How To Get Relatives On Board With Clutter-Free Gifting
Last month, after I published this post on the beauty of practical clutter-free gift giving, I received the following question from a reader: “I love this post and wonder about your thoughts on encouraging family members to get on board with this. Each year we express that our kids prefer experiential gifts for b-day and Christmas but family members can't get past having them have something to ‘open.’ Not only do we not want all the stuff, but our kids don't use it and we end up donating or selling it later. Would love ideas on how to encourage college fund donations or experience gifts without sounding like a gift giving micro manager.”
This is such a great question. I mean, seriously great. And also challenging. So as part of my ongoing partnership with Fidelity/MEFA, I figured it would be the perfect time to share ideas for how to get relatives on board with clutter-free gifting.
1. Share your perspective (especially the reality of where their gift may go)
I’m all about direct communication, and this reader definitely has made attempts to express their wishes, which is fantastic. The one part I’m unsure about, though, is whether they have shared the part about gifts received being sold or donated later. I have a feeling if they shared that part, it might move the needle a little, so I suggest that as a first step. The desire to give gifts is coming from a good place and I suspect relatives would much rather have their gift be put to use instead of donated.
2. Express your appreciation
I recommend starting the conversation with, “I really appreciate that you want to do something for [insert name of your kid(s)].” Starting a conversation with gratitude -- versus an adversarial stance -- goes a long way in shaping the conversation.
3. Make specific clutter-free gifting recommendations hinged directly to your kids’ interests
One of the best ways you can get the clutter-free message across is sharing very specific ideas -- differentiating based on your kids’ interests so relatives can see the personal connection. For example, if you have a kid who is obsessed with pandas, suggest a donation so your kid can adopt a panda through an organization like the World Wildlife Foundation. Or if you have kid who is actively thinking about college, share how meaningful a 529 contribution would be to that kid, knowing that the relative contributed to their college experience. Or if you have a kid who loves the performing arts, encourage a gift to see a concert or play together. Basically, the more specifically you can drive home how much your kid would dig a particular thing, the better!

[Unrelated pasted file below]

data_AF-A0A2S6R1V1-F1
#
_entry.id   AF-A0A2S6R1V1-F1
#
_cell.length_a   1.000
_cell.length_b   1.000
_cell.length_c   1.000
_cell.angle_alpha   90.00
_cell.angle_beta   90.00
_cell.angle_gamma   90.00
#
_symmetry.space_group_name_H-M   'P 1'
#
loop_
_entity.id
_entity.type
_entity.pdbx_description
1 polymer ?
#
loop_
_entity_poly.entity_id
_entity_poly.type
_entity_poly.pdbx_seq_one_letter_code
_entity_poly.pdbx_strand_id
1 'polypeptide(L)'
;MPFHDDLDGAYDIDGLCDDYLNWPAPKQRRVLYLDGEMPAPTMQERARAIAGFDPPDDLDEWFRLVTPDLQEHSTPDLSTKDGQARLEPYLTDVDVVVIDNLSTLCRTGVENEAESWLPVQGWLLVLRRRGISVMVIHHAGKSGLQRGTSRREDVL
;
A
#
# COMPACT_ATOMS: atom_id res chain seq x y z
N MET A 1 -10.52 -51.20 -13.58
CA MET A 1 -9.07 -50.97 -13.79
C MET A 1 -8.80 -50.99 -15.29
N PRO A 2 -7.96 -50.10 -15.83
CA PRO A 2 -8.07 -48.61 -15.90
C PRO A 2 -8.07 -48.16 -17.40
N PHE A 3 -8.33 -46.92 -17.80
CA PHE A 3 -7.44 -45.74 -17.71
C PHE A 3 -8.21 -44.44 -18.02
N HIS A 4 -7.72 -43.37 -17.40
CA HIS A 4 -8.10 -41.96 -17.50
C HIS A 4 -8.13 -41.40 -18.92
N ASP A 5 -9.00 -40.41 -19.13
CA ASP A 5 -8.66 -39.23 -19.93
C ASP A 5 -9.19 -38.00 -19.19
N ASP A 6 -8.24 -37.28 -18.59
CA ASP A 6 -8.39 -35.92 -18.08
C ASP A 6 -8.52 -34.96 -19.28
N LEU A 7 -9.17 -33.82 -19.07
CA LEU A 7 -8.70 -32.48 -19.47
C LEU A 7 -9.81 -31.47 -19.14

4. Attach a clutter-free gift to a modest sure-fire hit
One thing I have learned in 12 years of parenting is that sometimes the smallest, simplest things are the biggest hit. We have had years where our girls have received all manner of fancy gifts and then literally, it’s the bag of M&Ms that makes them go bonkers. So, my suggestion would be to recommend to relatives to attach a clutter-free gift to an inexpensive (ideally consumable) winner, like, uh, candy. Or marshmallows. I just realized that if I got my kids a bag of marshmallows for Christmas, I could likely not bother getting anything else!
5. Add a little something that is related
A counterpoint to idea #4 is to gift the clutter-free item with a little something that’s related. For example, last Christmas, Jon's aunt and uncle purchased Heifer bees and chicks in the girls' names and they gifted the cards with little stuffed bee and chick keychains that could go on their backpacks. It was so cute and the girls loved it.
6. Box it up
As this reader indicated, a lot of people get hung up over the fact that an envelope looks boring under the tree. Solve that problem by putting the item in a box and wrapping it up. We’ve seen this approach in action numerous times to excellent effect!
7. Be flexible and strike a compromise
My closing recommendation is to be flexible and strike a compromise if necessary. For example, my mom is typically all about the Korean flat envelope but I have realized that for her, 529 contributions have a sense of importance best suited for birthdays (where she wants to give a gift of higher value) whereas at Christmas she wants to be able to get them something fun, silly, or sparkly. So we roll with that. Another way to strike a compromise would be to split the value that the relative wants to spend between a small gift and a 529 contribution.
I hope these ideas are helpful! If you have other strategies that have worked with encouraging relatives towards clutter-free gifting, feel free to share via the comments below!
Disclosure: This post reflects a compensated editorial partnership with Fidelity/MEFA. All opinions about the awesomeness of clutter-free gifting and the value of 529s are, of course, my own. To learn more about the 529, hop over to the MEFA website.